Southeast England authorities are working with a major infrastructure subsidiary Ferrovial Another sign of how technology is being used as a tool to try out sensors that monitor and analyze traffic is about how the towns and cities we live in are working. Notify you of your decision.
In a statement late last week, the Kent County Council described a trial with Amei centered on the installation of 32 sensors that could identify who or what was using the road.
The technology of a company called Vivacity Labs can record the speeds of cars, bicycles, buses and pedestrians and distinguish them while counting the number used.
Sensors are installed in many locations within the county, including the town center of Dover, ports, and major transportation and logistics hubs connecting the United Kingdom and the European Union.
It uses sensors to “monitor the movement of pedestrians, cyclists, cars, motorcycles, HGVs and buses in and around the town of Dover, including the impact of Brexit on port-related traffic.”
Elsewhere, “multiple sites” around the towns of Faversham and Tonbridge use sensors to see if they comply with the newly introduced 20 mph speed limit.
The trial in Kent is part of a two-year ADEPT SMART Places Live Labs program and has received £ 22.9 million ($ 32.2 million) in funding from the UK Government’s Department of Transportation.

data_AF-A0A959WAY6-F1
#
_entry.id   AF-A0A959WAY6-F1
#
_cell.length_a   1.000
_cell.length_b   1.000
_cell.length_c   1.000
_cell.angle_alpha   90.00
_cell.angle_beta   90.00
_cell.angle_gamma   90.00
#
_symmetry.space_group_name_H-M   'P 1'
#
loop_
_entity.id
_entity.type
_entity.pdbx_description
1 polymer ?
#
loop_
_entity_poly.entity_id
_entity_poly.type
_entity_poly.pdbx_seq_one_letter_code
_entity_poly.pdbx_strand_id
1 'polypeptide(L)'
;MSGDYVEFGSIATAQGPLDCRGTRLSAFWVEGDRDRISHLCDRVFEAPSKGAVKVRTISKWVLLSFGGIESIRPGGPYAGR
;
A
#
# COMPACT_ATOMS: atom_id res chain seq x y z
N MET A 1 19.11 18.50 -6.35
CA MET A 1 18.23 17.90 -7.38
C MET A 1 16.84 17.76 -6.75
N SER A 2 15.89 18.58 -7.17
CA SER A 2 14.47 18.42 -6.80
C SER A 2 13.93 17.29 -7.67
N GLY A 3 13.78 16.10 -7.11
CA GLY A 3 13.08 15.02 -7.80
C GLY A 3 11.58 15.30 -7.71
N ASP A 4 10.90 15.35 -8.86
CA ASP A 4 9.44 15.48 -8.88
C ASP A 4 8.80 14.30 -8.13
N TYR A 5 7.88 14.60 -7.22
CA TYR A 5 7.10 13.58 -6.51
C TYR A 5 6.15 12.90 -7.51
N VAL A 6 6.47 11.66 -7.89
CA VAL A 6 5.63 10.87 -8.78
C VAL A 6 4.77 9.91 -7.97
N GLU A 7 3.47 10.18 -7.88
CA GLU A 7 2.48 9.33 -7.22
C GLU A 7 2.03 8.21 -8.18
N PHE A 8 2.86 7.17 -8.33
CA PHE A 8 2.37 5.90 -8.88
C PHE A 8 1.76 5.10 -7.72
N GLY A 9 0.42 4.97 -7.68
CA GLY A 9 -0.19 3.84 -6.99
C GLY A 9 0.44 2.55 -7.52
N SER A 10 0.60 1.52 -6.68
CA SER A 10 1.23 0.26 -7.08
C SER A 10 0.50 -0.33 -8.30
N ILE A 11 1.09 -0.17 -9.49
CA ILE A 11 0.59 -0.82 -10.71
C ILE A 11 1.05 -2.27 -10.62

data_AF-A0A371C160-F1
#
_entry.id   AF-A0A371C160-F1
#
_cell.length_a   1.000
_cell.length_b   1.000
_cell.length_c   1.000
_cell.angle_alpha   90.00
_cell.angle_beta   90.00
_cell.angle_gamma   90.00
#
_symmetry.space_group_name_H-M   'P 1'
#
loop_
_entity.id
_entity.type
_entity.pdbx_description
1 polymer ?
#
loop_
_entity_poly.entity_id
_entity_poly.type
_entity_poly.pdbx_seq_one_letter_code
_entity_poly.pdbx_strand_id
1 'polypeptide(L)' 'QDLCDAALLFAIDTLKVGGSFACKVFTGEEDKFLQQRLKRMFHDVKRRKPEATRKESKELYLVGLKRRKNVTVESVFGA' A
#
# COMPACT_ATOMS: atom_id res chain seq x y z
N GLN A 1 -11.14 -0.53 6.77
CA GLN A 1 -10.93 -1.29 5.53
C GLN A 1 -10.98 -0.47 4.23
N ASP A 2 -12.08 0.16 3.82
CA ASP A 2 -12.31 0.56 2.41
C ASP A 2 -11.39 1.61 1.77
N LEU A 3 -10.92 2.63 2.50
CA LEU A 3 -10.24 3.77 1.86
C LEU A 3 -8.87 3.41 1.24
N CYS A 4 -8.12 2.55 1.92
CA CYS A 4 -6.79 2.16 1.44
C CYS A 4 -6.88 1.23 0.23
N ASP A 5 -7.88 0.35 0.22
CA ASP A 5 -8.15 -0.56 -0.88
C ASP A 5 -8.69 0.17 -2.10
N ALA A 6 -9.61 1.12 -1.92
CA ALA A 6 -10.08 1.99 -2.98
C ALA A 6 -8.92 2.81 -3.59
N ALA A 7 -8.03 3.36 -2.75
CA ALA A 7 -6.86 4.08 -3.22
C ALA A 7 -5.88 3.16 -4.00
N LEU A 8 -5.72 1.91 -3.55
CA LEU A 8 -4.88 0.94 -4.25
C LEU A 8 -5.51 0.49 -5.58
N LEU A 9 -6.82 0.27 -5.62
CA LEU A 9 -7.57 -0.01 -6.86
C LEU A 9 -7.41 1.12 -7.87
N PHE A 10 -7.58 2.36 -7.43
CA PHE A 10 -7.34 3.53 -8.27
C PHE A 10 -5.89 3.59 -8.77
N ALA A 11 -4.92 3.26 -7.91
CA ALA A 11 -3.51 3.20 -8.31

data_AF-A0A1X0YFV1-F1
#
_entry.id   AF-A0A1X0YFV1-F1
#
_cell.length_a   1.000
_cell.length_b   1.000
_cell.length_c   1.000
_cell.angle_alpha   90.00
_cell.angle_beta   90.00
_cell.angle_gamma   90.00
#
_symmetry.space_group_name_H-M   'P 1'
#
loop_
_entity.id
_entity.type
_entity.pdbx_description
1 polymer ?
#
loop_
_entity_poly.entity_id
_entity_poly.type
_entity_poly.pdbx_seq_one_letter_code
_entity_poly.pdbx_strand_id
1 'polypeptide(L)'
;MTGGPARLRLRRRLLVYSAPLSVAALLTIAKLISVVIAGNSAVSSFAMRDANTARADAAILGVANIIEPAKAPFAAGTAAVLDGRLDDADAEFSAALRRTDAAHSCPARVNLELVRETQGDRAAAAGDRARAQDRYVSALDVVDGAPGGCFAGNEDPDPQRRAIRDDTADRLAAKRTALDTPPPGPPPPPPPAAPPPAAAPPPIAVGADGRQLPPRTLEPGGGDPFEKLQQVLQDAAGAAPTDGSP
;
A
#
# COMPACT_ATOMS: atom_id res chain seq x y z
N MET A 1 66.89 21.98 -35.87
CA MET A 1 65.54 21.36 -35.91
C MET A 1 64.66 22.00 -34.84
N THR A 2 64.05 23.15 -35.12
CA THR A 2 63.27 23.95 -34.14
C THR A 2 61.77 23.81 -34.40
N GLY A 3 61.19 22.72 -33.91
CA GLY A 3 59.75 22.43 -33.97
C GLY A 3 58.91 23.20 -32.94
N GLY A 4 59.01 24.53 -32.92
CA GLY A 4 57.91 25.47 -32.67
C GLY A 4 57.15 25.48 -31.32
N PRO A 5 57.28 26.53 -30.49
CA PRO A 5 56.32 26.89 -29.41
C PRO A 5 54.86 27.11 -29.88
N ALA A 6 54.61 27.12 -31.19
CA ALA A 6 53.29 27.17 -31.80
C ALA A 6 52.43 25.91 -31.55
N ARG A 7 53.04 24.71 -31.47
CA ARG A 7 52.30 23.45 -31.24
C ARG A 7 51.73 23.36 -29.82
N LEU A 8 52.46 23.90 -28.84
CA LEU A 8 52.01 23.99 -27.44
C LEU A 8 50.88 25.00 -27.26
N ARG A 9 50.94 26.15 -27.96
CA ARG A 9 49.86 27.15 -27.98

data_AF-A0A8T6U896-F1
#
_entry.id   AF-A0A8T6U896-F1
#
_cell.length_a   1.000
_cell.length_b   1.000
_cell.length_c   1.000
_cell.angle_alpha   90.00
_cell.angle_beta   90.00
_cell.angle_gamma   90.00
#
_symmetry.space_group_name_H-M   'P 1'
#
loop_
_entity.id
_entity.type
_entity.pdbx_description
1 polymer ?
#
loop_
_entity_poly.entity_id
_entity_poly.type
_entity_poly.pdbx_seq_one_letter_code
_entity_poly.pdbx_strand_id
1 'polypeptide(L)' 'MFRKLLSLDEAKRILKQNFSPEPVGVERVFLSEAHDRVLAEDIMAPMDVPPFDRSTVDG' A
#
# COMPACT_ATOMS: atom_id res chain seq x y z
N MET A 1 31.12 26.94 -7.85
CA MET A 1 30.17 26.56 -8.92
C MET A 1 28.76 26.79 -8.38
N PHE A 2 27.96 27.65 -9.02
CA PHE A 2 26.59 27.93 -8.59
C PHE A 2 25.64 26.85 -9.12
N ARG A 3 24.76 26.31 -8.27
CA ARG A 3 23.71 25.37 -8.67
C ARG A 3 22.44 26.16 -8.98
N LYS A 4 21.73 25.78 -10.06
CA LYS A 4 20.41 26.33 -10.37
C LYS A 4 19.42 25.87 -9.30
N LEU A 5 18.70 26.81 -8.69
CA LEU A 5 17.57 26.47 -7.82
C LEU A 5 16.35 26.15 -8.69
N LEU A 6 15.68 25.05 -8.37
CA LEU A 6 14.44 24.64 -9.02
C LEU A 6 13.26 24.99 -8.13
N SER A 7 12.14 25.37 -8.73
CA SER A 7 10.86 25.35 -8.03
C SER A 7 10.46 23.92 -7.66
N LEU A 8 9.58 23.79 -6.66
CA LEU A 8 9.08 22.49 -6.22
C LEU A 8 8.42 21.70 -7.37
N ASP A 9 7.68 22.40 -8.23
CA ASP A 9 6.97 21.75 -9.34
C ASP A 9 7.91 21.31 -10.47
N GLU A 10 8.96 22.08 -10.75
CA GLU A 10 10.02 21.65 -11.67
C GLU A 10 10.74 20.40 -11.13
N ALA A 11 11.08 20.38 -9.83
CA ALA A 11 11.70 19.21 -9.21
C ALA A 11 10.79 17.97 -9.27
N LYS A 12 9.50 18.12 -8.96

Among the new initiatives in Kent, Amey’s Account Director for Transportation Infrastructure, Sunita Dulai, used sensors to “provide local governments to improve road user safety, reduce congestion and improve transportation infrastructure. It helps to identify areas to do. “
The information processed by the sensor is anonymized to comply with data protection laws, and Vivacity Labs co-founder Mark Nicholson explains that video images are “deleted within a second of capture.”
“In rare cases, the image is captured and sent to the server with a probability of about 0.1%, but not before the face blur or license plate blur was applied to the image,” Nicholson added.
The use of innovative technologies related to urban mobility is not unique to Kent.
According to the Japanese government, Intelligent Transport Systems (ITS) are “steadily expanding” in Japan due to electronic toll collection and the spread of vehicle information communication systems.
According to the Ministry of Land, Infrastructure, Transport and Tourism (MLIT), Intelligent Transport Systems are “effective in improving traffic flow by providing real-time information, reducing tollhouse congestion and mitigating the environment. Impact of offering different rate discounts. “
When it comes to traffic management, MLIT adds that technologies such as sensors, TV cameras, vehicle detectors, and meteorological equipment have been introduced to accurately collect everything from traffic jams and accidents to parked vehicles.
In addition to ensuring smooth traffic flow, technology is also used to enable drivers to comply with the law and use their vehicles in a safe manner.
In Australia, the Government of New South Wales has introduced a camera that can detect if people are using their mobile phones while driving a car.
The system uses fixed and mobile cameras that work day and night, as well as software that “automatically checks images and detects potential problematic drivers.”
Images showing no crime are “usually completely and irreparably removed within an hour.”
According to authorities, project pilots have detected that more than 100,000 people are using their phones illegally.
How traffic sensors and cameras are changing the streets of the city
Source link How traffic sensors and cameras are changing the streets of the city